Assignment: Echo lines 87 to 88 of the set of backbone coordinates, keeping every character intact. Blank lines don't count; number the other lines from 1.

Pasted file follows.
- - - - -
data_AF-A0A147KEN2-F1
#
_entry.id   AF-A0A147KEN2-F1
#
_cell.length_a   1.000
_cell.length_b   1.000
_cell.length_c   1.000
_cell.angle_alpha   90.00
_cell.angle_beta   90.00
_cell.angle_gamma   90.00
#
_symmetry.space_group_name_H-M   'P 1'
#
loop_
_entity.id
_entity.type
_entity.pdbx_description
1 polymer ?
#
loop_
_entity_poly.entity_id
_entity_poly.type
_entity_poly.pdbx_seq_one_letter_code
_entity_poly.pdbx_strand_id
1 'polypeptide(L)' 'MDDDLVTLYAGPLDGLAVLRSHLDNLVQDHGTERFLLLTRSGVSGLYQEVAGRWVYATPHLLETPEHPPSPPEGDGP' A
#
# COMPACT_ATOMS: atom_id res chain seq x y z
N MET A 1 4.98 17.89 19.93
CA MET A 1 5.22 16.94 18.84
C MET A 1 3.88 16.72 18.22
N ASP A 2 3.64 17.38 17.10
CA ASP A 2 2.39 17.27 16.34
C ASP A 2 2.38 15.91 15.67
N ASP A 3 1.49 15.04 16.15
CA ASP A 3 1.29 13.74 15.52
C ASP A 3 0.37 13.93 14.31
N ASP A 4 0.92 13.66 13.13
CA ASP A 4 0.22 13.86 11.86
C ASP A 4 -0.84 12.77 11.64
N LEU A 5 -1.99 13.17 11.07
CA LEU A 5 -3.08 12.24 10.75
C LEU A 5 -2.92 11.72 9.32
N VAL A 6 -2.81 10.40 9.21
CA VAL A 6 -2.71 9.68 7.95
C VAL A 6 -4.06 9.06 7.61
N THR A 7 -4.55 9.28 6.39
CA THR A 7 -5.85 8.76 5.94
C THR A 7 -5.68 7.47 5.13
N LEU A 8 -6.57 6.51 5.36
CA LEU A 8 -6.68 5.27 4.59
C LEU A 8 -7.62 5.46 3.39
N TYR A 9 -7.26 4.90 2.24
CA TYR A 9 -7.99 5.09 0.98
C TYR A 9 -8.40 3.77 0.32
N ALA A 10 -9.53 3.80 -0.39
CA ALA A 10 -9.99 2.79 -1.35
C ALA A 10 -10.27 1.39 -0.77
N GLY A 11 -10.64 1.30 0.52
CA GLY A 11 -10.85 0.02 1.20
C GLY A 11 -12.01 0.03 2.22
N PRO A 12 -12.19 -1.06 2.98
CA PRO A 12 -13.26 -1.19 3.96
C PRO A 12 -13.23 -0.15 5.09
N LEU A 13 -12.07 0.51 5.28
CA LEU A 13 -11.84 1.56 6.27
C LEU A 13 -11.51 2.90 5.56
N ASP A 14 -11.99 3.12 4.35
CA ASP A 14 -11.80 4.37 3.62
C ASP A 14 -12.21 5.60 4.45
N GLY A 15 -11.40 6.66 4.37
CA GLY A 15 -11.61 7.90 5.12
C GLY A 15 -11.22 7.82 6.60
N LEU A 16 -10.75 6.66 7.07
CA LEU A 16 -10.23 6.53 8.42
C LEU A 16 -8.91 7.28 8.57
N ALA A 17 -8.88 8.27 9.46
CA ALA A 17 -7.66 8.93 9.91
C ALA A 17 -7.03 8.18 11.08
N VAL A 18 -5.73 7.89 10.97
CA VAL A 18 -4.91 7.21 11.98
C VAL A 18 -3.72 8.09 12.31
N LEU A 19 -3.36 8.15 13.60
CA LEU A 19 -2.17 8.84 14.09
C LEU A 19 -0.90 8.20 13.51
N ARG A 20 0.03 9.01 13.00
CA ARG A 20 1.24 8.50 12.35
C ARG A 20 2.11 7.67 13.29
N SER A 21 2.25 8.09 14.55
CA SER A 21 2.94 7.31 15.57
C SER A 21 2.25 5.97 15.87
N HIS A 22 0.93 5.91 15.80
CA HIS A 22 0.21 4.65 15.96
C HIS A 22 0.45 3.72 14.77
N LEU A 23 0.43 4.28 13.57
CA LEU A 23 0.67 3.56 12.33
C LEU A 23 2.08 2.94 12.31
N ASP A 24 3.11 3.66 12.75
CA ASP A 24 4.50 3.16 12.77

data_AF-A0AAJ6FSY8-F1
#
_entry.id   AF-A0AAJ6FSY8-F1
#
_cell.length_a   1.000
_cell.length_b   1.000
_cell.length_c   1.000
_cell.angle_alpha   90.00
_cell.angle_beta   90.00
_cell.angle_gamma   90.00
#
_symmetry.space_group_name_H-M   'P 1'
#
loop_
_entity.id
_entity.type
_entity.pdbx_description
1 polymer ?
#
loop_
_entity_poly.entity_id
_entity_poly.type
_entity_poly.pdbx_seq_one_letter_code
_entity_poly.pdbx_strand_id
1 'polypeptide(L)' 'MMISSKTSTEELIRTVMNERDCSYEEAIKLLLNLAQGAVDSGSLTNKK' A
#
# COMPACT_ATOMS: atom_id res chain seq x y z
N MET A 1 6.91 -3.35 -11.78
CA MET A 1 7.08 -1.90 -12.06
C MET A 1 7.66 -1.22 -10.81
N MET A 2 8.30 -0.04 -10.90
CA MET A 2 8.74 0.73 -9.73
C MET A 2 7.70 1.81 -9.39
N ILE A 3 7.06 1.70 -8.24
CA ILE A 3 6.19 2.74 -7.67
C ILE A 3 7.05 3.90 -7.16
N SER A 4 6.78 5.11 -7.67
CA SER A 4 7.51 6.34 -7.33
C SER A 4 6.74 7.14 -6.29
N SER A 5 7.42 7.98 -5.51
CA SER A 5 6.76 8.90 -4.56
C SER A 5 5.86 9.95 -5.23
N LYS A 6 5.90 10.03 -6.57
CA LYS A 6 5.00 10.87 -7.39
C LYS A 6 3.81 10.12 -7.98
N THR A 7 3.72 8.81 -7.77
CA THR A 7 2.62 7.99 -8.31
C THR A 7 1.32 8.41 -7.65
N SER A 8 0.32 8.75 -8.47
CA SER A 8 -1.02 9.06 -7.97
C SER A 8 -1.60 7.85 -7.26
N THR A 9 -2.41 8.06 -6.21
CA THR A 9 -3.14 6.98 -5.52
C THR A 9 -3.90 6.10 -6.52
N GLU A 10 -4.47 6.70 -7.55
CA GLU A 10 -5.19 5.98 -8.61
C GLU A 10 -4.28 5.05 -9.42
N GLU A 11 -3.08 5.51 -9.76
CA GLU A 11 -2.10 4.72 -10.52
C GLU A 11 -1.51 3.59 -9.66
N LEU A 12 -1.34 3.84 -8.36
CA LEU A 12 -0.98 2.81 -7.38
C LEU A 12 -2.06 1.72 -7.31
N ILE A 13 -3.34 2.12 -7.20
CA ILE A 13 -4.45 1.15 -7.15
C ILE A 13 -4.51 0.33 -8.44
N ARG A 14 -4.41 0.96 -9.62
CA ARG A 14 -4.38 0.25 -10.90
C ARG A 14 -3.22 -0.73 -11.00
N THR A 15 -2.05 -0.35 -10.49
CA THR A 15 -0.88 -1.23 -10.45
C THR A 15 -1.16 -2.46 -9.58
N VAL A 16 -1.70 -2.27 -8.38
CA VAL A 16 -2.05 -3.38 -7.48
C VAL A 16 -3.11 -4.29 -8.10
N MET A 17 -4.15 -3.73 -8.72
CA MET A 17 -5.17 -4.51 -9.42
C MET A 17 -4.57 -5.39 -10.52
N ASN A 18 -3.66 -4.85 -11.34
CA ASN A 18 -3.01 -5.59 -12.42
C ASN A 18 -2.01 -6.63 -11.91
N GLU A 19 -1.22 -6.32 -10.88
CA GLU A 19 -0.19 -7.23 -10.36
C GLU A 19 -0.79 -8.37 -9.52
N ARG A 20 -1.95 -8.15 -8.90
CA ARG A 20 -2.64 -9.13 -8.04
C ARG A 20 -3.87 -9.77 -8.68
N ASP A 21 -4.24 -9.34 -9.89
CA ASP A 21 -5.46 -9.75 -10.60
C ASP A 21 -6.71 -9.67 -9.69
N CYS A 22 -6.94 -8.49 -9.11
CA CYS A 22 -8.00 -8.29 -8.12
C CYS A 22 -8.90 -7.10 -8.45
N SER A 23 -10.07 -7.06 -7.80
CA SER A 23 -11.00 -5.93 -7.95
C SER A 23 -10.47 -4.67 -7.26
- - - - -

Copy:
C ARG A 20 2.11 7.67 13.29
N SER A 21 2.25 8.09 14.55